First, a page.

Trump to direct Lighthizer to assess Chinese intellectual property practices

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United States President Donald Trump will call tomorrow for his chief trade adviser to investigate China's intellectual property (IP) practices, website Politico reported, citing an unnamed administration official.

If China is found to be flouting the rules on USA intellectual property, the administration has a range of options, including imposing import tariffs, said the administration officials, who weren't authorized to speak publicly about the matter.

Despite Trump's previous comments, officials at the briefing repeatedly rebuffed any attempt by reporters to connect the possible investigation to the North Korea situation.

Trump wants government officials to look at Chinese practices that force American companies to share their intellectual property in order to gain access to the world's second largest economy.

It may also prove to be a source of leverage to push China to do more to help contain a rising security threat from North Korea, which counts Beijing as its only powerful ally.

The trade investigation could strain relations between the US and China as the two countries wrestle with the unpredictable situation over North Korea.

The announcement expected Monday comes amid sharply escalating tensions, with Trump warning that USA military options are "locked and loaded" if North Korean President Kim Jong-Un acts unwisely.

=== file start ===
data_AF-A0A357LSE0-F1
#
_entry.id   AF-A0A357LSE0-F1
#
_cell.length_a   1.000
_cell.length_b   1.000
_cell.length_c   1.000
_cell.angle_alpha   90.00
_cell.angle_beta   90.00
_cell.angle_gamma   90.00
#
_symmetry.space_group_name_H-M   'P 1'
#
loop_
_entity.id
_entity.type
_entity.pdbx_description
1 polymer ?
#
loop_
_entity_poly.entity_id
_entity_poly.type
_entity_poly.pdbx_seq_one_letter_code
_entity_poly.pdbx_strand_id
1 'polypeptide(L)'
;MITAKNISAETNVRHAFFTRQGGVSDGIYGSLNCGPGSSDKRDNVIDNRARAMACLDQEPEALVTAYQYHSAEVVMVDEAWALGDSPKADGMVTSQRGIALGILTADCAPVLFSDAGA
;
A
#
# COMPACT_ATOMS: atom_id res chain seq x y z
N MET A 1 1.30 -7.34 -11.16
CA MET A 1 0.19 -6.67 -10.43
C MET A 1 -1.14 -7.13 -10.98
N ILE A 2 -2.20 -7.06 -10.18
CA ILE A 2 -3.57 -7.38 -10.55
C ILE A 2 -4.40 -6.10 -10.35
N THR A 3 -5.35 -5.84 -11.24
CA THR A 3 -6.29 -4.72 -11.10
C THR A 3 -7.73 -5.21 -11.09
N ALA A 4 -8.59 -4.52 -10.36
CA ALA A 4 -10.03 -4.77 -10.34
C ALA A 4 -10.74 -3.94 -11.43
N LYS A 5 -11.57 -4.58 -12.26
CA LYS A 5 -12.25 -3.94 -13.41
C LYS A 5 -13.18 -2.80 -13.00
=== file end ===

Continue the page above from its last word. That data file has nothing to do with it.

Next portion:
Still, Trump's actions stop short of what some analysts had been expecting him to do on intellectual property. They added that the trade measure would be carried out under the rules of global law and would not trigger greater conflict with China.

The goal of this memorandum is to ensure American companies and workers are not subject to harmful policies by China in relation to intellectual property and to ensure that America continues to maintain its leadership in technology, an official stated.

Such thefts not only damage American companies, but also pose a threat to the United States national security, the second official said.

It further complicates the already taut U.S. "Those activities haven't abated; they've accelerated as China seeks to become self-sufficient in new technologies and dominate world markets", he said.

The official, who was speaking on the condition of anonymity, said that he doesn't believe this will lead to a period of conflict between the US and China, adding, "this is simply business between two countries".

The administration is likely eager to make progress on trade, one of Trump's biggest campaign issues, after a recent series of legislative setbacks, trade experts said.

The results of three separate investigations into trade deficits and the national security threats posed by imports of steel and aluminum, initially expected by the end of June, have yet to appear. That statement didn't mention the executive action, but said the leaders discussed North Korea policy and Trump's visit to China later this year. Instead, he is leading the administration is dusting off a variety of powerful and unilateral measures under US trade law, many of which the United States stopped using after the creation of the WTO, which has its own mechanisms to settle trade disputes. Lighthizer can do so under Section 302 (b) of the Trade Act of 1974, which outlines the process by which USTR can initiate an investigation "by means other than petition", a senior official told reporters on August 12. "And I think China will do a lot more".

"We lose hundreds of billions of dollars a year on trade with China. It's not going to continue like that", he said.

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